BSD: Do you the think the decision to start Johnson over Flutie was strictly a head coaching decision by Phillips, or do you think it was an organizational decision?
EM: From my knowledge, Wade Phillips didn’t make the decision. It was one I’m sure that came from top to bottom. Of course, I think it had to do with Rob making $5-million a year, not any other reason.
BSD: You played with Buffalo until the end of the 2005 season. Even that last year, you still had 81 receptions. Are you still a little disappointed on how your Bills career came to a close?
EM: Yes, very. At that point I should have been a Buffalo Bill for life, but what can you do when you’re forced to leave. I still had good football left, but they chose to say I wanted to leave when truly I never did . They forced me to leave with options they gave me.
BSD: Along with Keyshawn Johnson, Marvin Harrison, Amani Toomer and Terrell Owens, you were part of arguably the best WR draft class in NFL history. How special was that class to you?
EM: It was a special class and I don’t think you’ll see one like that again . Every receiver drafted in that class you mentioned and some you didn’t were an All-Pro receiver. And we had numbers to back it up.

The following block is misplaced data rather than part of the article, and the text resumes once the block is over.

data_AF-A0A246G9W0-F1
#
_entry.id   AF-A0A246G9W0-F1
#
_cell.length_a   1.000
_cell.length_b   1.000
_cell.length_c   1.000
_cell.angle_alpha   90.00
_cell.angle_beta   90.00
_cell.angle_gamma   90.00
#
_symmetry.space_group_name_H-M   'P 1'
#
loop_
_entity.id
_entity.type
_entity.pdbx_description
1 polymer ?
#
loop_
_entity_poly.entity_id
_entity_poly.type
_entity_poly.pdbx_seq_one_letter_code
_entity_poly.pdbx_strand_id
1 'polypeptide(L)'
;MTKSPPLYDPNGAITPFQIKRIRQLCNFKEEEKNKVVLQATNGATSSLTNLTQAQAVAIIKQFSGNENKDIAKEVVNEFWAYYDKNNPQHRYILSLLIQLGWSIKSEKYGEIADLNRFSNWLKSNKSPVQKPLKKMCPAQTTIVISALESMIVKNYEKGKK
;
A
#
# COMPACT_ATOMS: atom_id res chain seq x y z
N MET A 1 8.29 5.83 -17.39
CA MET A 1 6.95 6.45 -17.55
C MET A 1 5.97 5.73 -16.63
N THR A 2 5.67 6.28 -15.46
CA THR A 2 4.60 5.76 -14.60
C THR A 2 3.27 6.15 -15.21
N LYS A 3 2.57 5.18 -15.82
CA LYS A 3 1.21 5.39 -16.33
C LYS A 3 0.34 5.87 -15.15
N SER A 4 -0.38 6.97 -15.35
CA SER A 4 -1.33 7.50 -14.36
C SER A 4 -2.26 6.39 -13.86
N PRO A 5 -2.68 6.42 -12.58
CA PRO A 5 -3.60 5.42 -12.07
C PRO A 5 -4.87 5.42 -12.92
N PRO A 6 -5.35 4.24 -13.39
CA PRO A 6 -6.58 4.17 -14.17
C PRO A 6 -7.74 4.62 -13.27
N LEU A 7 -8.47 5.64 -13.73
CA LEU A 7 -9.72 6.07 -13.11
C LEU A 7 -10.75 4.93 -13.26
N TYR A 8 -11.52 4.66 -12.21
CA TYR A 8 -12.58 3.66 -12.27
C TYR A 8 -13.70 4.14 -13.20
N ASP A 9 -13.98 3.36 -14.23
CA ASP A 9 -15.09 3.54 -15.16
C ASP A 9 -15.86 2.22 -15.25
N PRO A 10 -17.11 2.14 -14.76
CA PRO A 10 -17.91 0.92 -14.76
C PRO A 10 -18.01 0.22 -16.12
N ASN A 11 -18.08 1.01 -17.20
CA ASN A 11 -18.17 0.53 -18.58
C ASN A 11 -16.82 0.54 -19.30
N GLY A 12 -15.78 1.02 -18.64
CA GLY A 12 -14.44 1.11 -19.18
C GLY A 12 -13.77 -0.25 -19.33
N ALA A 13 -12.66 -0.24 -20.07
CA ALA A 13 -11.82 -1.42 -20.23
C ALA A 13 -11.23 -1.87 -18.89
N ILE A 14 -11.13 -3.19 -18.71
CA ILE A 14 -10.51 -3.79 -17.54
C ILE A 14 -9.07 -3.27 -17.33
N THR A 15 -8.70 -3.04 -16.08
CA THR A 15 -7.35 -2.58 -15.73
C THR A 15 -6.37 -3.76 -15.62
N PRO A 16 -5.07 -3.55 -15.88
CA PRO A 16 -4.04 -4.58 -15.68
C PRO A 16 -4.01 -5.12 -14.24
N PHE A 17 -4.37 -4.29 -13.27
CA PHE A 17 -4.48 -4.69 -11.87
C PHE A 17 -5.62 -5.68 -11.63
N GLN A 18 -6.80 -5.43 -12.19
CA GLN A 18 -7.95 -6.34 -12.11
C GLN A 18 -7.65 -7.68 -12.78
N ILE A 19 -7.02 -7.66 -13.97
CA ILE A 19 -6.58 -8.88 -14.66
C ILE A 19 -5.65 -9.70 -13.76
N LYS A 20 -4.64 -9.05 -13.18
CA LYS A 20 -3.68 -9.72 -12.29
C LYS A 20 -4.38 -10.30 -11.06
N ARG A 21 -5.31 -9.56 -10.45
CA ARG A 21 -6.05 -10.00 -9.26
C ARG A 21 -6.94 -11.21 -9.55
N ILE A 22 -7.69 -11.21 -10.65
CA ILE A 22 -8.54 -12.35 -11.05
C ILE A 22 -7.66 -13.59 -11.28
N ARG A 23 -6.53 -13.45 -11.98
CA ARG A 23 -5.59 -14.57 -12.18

BSD: Who’s the toughest player you ever went against?
EM: Ty Law
BSD: When you were coming up, what player did you idolize most?
EM: Jerry Rice. The best part is I got to work out with him every year in college and all the way through the pros. He was the best.
BSD: What’s your impression about the league cracking down so hard on hits to the head?
EM: I think the league is full of guys making decisions who have not played in NFL, but are tight suits with a couple of degrees who think they know the players and the game. They have no clue. It’s football It’s physical and hard and things will happen. Just a shame they are making the game so commercial now. They may as well make it flag football.
BSD: Congratulations on being named to the “SEC 2010 Legends Class”. What was the experience like for you honing your craft at Mississippi State?
EM: Thanks, it’s an honor being selected. Playing in the SEC is an experience in itself. I will tell u this about that conference , it was like playing on Sundays in NFL . Everyone I played with or against there I later faced in NFL. From top to bottom it’s the best college football.
BSD: It’s a lock that someday you’ll go up on the Bills Wall of Fame. What will that moment be like for you?
EM: If I ever go on the wall, I will accept only on one condition. If the Bills organization makes a plaque of all the season ticket holders names and gives it to me so I can put them on my wall to show thanks to them. Without them honestly, there is no me . And I’m sure every great Bills player feels same way. Hands down they are the best fans, not just in football but in all of sports.